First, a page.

I do not think I need to state the obvious to all you seasoned and knowledgeable researchers about the huge loss to us if all the plans noted above are correct and go through. I know I use microfilm of the Federal Census at least once a week in order find what I cannot online or clarify what I do find online, one problem being the annotations that obscure names on the 1900 Census. This is but one example. I am sure you have all found census pages missed by Ancestry, Heritage Quest, Footnote, or “front material” and other pieces not scanned from the microfilm that someone evidently decided we did not need. Sorry! One more example: What about the original ships’ passenger lists, especially the ones where the often abbreviated copy is what is on the NARA film? What will become of these?
Who in Pittsfield will make “my” kind of decision about the best copy to be certified for the court? In the always-tight time breathing down our necks for court cases, what will Pittsfield’s turn-around time be? Will there be added costs since we can no longer get the certifications locally? Will Pittsfield staff make “groupings” of certified records that we often get here to hold down costs?
Personally, while I have enjoyed many of the exhibits at NARA-NYC, I rarely see anyone coming to specifically look at them, and even those who come to do research seem not to pause for a few minutes of viewing.
And it has always been my understanding that one of the great things about our National Archives is its wealth of material for scholarly research. Yes, personal visits are down, but we all know what the majority of those who rely strictly on the magic box are missing. And I do not see much effort by NARA to help educate the unwashed about what is there that cannot be found online.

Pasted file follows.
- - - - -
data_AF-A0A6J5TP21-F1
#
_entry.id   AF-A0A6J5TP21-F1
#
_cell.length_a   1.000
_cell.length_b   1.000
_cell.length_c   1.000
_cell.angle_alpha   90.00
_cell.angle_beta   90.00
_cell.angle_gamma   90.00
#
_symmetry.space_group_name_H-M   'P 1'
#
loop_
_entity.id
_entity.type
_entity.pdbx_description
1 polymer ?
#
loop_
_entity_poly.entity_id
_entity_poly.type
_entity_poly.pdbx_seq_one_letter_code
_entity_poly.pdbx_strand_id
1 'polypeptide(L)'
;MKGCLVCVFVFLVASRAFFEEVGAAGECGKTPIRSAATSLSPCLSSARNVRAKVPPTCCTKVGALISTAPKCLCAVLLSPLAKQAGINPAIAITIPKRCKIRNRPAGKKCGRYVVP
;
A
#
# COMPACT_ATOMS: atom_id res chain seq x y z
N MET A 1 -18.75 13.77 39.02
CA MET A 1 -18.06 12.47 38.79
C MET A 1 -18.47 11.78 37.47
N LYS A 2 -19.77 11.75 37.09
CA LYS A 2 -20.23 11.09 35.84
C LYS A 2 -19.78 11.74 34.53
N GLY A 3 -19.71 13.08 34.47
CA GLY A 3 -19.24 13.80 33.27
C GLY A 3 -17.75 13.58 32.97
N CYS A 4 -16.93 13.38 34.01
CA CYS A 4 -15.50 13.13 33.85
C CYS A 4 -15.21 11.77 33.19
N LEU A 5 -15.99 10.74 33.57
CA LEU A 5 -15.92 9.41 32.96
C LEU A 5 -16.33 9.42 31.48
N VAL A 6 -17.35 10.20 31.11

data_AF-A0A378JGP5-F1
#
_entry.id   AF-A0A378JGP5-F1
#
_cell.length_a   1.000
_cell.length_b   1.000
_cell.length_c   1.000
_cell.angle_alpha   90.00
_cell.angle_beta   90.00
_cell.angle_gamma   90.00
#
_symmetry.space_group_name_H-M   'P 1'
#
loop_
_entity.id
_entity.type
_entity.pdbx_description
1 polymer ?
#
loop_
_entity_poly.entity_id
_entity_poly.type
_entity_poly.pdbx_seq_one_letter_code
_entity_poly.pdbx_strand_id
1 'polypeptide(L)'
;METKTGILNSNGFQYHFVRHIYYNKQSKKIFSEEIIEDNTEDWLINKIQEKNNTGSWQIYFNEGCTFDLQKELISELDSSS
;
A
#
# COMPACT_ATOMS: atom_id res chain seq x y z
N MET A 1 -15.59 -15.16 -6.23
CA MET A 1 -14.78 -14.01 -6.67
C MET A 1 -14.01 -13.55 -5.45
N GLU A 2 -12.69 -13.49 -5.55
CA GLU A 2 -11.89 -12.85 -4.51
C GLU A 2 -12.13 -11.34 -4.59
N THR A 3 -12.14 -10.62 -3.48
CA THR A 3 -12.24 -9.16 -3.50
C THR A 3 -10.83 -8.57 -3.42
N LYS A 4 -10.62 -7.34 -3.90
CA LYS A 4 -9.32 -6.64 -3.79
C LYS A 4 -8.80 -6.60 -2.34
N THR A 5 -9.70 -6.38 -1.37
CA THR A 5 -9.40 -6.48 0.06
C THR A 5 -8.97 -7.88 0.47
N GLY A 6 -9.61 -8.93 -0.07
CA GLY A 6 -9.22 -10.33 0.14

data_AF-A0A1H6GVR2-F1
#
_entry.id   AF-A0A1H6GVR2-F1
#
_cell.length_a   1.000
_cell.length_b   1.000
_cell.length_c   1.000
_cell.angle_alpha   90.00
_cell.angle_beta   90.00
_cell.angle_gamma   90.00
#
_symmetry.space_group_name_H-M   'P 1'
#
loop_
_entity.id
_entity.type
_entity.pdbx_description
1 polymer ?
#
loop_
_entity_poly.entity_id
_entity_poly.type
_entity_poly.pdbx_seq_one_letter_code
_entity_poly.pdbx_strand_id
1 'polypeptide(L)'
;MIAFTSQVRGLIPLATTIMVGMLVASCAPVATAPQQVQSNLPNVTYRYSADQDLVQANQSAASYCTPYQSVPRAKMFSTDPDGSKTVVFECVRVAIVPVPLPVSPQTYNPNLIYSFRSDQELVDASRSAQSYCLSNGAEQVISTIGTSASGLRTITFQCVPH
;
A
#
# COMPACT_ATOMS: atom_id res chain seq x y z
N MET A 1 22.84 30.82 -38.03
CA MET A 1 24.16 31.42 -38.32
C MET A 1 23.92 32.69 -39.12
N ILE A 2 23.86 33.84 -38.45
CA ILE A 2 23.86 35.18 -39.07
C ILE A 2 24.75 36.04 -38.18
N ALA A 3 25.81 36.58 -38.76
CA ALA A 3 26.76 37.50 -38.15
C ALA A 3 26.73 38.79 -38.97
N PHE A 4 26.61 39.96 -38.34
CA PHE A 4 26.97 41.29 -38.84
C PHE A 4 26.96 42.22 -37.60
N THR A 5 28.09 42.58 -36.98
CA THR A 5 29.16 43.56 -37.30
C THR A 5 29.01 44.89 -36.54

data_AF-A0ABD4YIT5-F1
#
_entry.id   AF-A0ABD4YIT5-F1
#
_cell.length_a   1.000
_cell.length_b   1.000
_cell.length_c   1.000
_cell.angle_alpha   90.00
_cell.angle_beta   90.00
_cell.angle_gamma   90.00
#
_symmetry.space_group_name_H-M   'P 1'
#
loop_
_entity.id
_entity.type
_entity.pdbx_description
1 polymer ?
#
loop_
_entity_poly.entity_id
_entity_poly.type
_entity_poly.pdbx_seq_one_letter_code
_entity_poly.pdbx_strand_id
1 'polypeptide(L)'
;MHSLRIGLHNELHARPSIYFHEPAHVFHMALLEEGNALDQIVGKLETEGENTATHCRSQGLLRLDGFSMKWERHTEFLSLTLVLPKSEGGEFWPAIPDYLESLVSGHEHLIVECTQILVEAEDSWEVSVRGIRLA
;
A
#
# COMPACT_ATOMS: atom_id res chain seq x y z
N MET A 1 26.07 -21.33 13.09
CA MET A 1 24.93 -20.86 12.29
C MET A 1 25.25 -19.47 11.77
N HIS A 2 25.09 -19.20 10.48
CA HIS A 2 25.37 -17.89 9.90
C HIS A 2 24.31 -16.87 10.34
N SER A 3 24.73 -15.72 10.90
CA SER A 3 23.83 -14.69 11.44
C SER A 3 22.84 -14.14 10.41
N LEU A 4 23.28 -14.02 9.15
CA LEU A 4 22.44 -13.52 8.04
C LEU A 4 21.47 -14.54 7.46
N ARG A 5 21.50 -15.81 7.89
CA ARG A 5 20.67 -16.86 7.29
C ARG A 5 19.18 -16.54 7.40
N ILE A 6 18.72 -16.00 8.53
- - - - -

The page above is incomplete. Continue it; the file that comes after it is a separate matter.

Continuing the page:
I very much admire the position of Kathleen Roe, New York State Archives’ Director of Operations. At a meeting there last year, she told our advisory committee something like, “I know financing for archives is tight, but our mandate is to serve the public, and we must make every effort to continue to do so.”
The very upsetting plan seems analogous to a library tossing certain books because no one has taken them off the shelves over the last couple of years.
So, who wants to organize the car-pooling to Pittsfield and Philadelphia? No? Then we should organize a group effort to let our concerns be known. Genealogists have been successful in the past in changing the direction of bad thinking at NARA. Some examples come to mind: When President Reagan proposed John T. Agresto as Archivist of the United States and the genealogical and historical communities formed a loud “No!” to the inappropriateness of the candidate; and when Archivist John Carlin planned to ship huge amounts of NARA material from the regions to cold storage (and some of you were on hand to give your two-cents when he came to New York City). Another example is the great effort genealogists lent to getting NARA away from GSA’s thumb.
Are there others out there, including folks you know in the historical community, whom we should encourage to get involved?
I know after the G&B mess, many of you may not want to devote the time and energy it may take to make a difference, but I look forward to hearing from those who are concerned and want to be involved. Then we can plan something together.